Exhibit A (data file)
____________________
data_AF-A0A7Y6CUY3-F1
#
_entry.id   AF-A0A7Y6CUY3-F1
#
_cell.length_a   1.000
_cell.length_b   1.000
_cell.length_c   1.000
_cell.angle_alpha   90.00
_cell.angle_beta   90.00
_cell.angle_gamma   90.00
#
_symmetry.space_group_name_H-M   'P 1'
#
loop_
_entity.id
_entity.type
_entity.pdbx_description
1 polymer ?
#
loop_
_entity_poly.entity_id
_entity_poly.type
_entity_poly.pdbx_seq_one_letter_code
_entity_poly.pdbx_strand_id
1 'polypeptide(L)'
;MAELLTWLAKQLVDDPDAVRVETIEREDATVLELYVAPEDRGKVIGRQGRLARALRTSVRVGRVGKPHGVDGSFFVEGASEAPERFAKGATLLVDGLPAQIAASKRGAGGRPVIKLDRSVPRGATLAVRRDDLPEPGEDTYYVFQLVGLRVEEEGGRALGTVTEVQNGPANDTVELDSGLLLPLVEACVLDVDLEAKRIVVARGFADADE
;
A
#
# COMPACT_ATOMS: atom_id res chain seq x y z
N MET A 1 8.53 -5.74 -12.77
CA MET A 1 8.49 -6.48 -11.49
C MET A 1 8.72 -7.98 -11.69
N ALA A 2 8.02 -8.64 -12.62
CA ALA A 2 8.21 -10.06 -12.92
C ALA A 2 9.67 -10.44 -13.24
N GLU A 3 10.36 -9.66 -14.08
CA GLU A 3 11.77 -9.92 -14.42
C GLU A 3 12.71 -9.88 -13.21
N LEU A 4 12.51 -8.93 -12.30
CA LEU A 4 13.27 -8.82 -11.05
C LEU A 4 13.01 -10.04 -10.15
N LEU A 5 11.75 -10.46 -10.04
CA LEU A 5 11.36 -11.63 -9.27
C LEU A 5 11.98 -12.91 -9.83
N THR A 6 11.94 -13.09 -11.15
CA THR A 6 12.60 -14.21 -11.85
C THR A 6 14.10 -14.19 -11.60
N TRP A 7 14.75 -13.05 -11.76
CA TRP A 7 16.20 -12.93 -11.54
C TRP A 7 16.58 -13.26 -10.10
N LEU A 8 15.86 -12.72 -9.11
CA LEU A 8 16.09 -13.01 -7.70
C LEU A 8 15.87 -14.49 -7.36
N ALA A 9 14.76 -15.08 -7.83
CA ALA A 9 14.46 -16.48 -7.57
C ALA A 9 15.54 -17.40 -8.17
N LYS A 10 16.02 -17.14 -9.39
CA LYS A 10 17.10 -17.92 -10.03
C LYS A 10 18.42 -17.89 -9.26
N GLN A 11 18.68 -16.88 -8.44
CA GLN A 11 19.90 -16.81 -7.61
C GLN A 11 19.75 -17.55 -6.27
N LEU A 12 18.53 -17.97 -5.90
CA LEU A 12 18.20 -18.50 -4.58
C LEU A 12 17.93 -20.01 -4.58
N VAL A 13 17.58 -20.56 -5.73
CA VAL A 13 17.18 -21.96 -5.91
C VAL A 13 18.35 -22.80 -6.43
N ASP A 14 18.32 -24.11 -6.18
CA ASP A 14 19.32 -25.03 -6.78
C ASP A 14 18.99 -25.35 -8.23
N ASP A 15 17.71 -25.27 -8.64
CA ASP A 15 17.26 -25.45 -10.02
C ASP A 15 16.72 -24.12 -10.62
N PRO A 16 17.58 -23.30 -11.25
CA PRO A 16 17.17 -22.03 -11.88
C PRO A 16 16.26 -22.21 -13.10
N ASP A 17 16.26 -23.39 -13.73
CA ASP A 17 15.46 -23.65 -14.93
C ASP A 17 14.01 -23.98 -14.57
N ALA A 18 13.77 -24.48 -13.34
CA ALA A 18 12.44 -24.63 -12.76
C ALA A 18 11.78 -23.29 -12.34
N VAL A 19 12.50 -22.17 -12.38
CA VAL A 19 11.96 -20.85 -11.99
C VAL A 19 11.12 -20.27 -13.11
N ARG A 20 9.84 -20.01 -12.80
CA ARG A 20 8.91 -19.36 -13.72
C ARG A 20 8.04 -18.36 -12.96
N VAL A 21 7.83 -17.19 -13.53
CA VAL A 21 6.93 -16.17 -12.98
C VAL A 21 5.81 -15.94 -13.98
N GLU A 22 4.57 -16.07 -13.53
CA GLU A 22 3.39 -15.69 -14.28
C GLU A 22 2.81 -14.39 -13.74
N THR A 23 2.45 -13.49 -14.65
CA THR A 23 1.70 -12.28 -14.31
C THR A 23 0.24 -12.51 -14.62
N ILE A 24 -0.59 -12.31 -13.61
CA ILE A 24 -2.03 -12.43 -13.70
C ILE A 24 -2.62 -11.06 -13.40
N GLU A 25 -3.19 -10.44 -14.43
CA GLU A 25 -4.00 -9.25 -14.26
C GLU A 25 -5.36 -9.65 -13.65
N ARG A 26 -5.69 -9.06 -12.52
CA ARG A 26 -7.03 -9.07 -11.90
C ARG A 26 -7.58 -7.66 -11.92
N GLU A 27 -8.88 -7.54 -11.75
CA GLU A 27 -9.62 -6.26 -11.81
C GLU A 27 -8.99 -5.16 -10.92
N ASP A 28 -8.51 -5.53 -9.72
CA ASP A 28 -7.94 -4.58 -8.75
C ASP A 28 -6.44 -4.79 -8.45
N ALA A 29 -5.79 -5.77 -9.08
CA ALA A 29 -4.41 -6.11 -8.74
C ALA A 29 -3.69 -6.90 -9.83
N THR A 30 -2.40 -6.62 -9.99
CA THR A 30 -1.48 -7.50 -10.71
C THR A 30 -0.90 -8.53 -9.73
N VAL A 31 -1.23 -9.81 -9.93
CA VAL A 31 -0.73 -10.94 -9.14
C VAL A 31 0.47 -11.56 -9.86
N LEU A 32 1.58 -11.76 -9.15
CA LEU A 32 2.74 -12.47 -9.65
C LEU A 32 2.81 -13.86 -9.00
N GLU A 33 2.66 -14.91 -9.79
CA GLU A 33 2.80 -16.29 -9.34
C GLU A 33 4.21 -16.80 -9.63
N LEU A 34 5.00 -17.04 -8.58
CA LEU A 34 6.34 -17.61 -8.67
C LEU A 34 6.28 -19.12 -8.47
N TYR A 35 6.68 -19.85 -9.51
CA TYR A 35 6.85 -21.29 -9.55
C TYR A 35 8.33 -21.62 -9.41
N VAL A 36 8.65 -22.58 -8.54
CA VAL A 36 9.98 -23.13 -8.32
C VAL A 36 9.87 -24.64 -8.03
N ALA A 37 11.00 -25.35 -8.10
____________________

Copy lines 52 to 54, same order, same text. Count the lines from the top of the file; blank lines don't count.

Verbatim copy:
N LEU A 8 15.86 -12.72 -9.11
CA LEU A 8 16.09 -13.01 -7.70
C LEU A 8 15.87 -14.49 -7.36